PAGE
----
What does the future hold?
I might be declaring relief a little too early, however. Across Lebanon, more than 1.5 million Syrian refugees live below the poverty line in camps, in which the World Health Organization’s safety and quarantine measures would be impossible to implement. Thankfully, there are currently no signs of the virus yet amongst these groups; and NGOs and charities are devoting their time to help prevent this catastrophe.
The Novel Coronavirus – COVID-19 – is shaping the way we live and creating a new normal for the entire world. Nearly 3 billion people are now in lockdown, more than were alive during World War II. The pharmaceutical industry stands dazed as record-breaking initiatives are taking place to find a cure.
At HoCoSo, we labeled the year 2020 as the year of Community. Throughout our collaborative experiences, we’ve seen a shift towards the need for human relationships as globalization has played a significant role in isolating travelers. We were gearing towards the Co-everything movement; and whilst we have physically paused that for now, we are seeing the need for community in a very real way, as the world is being forced to self-isolate. Look at the explosion in on-line communities since countries went into lockdown; the need for socializing and connecting grows stronger by the second. This is indeed the year of Community. And there will be better times ahead.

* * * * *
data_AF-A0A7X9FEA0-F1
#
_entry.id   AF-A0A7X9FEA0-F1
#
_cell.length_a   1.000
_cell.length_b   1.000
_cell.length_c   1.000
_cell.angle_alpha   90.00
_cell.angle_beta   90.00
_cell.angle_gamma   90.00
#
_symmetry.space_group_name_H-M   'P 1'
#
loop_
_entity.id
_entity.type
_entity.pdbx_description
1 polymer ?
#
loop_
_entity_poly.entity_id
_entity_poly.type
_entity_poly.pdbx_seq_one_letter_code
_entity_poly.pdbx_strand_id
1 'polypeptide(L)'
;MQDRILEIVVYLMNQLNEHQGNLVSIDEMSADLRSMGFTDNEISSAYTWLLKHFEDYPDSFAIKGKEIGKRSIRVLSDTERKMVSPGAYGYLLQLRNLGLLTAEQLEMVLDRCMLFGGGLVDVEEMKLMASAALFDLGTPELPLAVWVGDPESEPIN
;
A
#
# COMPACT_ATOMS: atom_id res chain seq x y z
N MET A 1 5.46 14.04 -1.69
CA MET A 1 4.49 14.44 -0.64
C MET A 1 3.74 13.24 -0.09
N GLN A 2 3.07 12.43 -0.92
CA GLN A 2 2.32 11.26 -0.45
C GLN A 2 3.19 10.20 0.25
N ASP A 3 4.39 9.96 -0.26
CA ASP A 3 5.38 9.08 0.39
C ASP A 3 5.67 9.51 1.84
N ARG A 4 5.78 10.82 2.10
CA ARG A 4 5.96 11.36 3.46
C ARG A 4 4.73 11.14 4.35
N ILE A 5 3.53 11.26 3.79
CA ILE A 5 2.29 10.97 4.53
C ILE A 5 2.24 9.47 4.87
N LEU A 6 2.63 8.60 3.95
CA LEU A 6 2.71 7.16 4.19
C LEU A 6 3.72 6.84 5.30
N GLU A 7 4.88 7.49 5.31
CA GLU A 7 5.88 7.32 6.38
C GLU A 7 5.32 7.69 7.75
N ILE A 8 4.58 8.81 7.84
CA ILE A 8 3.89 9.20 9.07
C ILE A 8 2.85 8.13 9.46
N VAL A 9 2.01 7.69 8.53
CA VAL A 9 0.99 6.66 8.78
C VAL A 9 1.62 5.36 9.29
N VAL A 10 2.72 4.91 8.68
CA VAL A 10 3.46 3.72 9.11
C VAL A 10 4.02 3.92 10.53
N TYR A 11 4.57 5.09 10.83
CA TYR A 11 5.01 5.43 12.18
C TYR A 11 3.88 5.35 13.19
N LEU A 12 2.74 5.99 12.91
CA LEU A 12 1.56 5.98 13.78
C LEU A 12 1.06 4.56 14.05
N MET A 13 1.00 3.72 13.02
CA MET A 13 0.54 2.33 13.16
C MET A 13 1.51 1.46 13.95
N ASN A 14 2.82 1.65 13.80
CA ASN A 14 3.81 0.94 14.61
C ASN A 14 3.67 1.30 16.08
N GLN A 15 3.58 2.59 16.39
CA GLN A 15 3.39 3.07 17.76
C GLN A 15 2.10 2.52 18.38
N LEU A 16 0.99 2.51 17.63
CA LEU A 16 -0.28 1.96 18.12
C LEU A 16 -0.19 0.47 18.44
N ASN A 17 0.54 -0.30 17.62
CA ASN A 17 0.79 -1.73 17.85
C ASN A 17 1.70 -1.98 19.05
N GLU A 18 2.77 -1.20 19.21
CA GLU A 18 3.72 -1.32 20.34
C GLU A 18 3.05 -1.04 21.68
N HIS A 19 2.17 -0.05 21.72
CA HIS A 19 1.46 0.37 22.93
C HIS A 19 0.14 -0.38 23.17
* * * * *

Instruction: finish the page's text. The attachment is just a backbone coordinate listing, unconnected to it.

About the author – Rhea Watfa
Rhéa Watfa studied Marketing and Advertising in Lebanon and specialized in Marketing and Communications. In her 12 years of experience, she has worked with one of Switzerland’s top hospitality schools, and with Lebanon’s leading winery. She joined HoCoSo to lead the company’s communication strategy, and handles all media and digital marketing matters, as well as events and conferences. She resides in Beirut, Lebanon.